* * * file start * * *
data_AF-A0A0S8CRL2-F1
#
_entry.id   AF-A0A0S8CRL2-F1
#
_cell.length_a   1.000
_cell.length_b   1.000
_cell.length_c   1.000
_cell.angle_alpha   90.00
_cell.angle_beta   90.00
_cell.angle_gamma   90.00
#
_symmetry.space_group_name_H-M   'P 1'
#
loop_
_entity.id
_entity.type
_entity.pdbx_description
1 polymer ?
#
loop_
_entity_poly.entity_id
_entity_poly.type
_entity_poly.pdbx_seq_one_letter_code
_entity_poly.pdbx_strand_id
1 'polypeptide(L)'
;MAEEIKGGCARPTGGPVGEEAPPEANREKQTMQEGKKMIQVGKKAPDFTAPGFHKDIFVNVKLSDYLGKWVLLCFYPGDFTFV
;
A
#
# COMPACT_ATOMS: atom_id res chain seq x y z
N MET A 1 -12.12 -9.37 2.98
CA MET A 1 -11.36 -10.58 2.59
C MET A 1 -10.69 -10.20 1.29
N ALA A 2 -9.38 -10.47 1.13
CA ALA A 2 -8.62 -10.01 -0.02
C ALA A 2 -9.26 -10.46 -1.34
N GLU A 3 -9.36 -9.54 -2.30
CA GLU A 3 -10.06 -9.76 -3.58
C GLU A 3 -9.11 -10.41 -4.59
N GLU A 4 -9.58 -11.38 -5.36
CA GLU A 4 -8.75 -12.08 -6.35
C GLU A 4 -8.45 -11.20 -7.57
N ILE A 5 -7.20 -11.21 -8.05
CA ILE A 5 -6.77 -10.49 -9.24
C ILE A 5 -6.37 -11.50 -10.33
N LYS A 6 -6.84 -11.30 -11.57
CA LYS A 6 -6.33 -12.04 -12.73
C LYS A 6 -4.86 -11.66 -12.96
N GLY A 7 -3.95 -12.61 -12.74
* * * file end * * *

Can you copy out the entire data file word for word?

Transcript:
data_AF-A0A0S8CRL2-F1
#
_entry.id   AF-A0A0S8CRL2-F1
#
_cell.length_a   1.000
_cell.length_b   1.000
_cell.length_c   1.000
_cell.angle_alpha   90.00
_cell.angle_beta   90.00
_cell.angle_gamma   90.00
#
_symmetry.space_group_name_H-M   'P 1'
#
loop_
_entity.id
_entity.type
_entity.pdbx_description
1 polymer ?
#
loop_
_entity_poly.entity_id
_entity_poly.type
_entity_poly.pdbx_seq_one_letter_code
_entity_poly.pdbx_strand_id
1 'polypeptide(L)'
;MAEEIKGGCARPTGGPVGEEAPPEANREKQTMQEGKKMIQVGKKAPDFTAPGFHKDIFVNVKLSDYLGKWVLLCFYPGDFTFV
;
A
#
# COMPACT_ATOMS: atom_id res chain seq x y z
N MET A 1 -12.12 -9.37 2.98
CA MET A 1 -11.36 -10.58 2.59
C MET A 1 -10.69 -10.20 1.29
N ALA A 2 -9.38 -10.47 1.13
CA ALA A 2 -8.62 -10.01 -0.02
C ALA A 2 -9.26 -10.46 -1.34
N GLU A 3 -9.36 -9.54 -2.30
CA GLU A 3 -10.06 -9.76 -3.58
C GLU A 3 -9.11 -10.41 -4.59
N GLU A 4 -9.58 -11.38 -5.36
CA GLU A 4 -8.75 -12.08 -6.35
C GLU A 4 -8.45 -11.20 -7.57
N ILE A 5 -7.20 -11.21 -8.05
CA ILE A 5 -6.77 -10.49 -9.24
C ILE A 5 -6.37 -11.50 -10.33
N LYS A 6 -6.84 -11.30 -11.57
CA LYS A 6 -6.33 -12.04 -12.73
C LYS A 6 -4.86 -11.66 -12.96
N GLY A 7 -3.95 -12.61 -12.74